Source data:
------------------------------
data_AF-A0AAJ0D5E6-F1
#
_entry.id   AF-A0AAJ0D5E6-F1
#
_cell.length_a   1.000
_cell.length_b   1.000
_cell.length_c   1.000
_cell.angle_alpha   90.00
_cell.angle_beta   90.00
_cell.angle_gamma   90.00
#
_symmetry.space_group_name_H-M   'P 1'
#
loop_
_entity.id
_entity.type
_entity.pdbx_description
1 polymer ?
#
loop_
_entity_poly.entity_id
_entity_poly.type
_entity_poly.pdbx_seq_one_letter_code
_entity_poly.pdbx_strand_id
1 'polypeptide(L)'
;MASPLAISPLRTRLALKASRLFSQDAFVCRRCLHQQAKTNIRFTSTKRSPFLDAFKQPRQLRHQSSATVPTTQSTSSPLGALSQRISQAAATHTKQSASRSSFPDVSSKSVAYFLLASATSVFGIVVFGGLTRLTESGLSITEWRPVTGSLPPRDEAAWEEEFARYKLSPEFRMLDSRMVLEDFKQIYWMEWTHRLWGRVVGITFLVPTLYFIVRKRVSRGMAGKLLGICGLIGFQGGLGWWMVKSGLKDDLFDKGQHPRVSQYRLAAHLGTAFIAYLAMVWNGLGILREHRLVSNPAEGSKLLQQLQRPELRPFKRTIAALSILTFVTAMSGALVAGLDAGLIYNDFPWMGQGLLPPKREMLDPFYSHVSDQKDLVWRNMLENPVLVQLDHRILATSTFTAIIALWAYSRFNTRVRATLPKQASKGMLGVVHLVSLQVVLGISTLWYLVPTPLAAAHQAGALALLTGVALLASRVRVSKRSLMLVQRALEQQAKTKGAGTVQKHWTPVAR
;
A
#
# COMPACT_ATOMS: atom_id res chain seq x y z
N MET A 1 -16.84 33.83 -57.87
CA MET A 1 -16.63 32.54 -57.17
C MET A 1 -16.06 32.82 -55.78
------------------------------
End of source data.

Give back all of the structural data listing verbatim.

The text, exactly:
data_AF-A0AAJ0D5E6-F1
#
_entry.id   AF-A0AAJ0D5E6-F1
#
_cell.length_a   1.000
_cell.length_b   1.000
_cell.length_c   1.000
_cell.angle_alpha   90.00
_cell.angle_beta   90.00
_cell.angle_gamma   90.00
#
_symmetry.space_group_name_H-M   'P 1'
#
loop_
_entity.id
_entity.type
_entity.pdbx_description
1 polymer ?
#
loop_
_entity_poly.entity_id
_entity_poly.type
_entity_poly.pdbx_seq_one_letter_code
_entity_poly.pdbx_strand_id
1 'polypeptide(L)'
;MASPLAISPLRTRLALKASRLFSQDAFVCRRCLHQQAKTNIRFTSTKRSPFLDAFKQPRQLRHQSSATVPTTQSTSSPLGALSQRISQAAATHTKQSASRSSFPDVSSKSVAYFLLASATSVFGIVVFGGLTRLTESGLSITEWRPVTGSLPPRDEAAWEEEFARYKLSPEFRMLDSRMVLEDFKQIYWMEWTHRLWGRVVGITFLVPTLYFIVRKRVSRGMAGKLLGICGLIGFQGGLGWWMVKSGLKDDLFDKGQHPRVSQYRLAAHLGTAFIAYLAMVWNGLGILREHRLVSNPAEGSKLLQQLQRPELRPFKRTIAALSILTFVTAMSGALVAGLDAGLIYNDFPWMGQGLLPPKREMLDPFYSHVSDQKDLVWRNMLENPVLVQLDHRILATSTFTAIIALWAYSRFNTRVRATLPKQASKGMLGVVHLVSLQVVLGISTLWYLVPTPLAAAHQAGALALLTGVALLASRVRVSKRSLMLVQRALEQQAKTKGAGTVQKHWTPVAR
;
A
#
# COMPACT_ATOMS: atom_id res chain seq x y z
N MET A 1 -16.84 33.83 -57.87
CA MET A 1 -16.63 32.54 -57.17
C MET A 1 -16.06 32.82 -55.78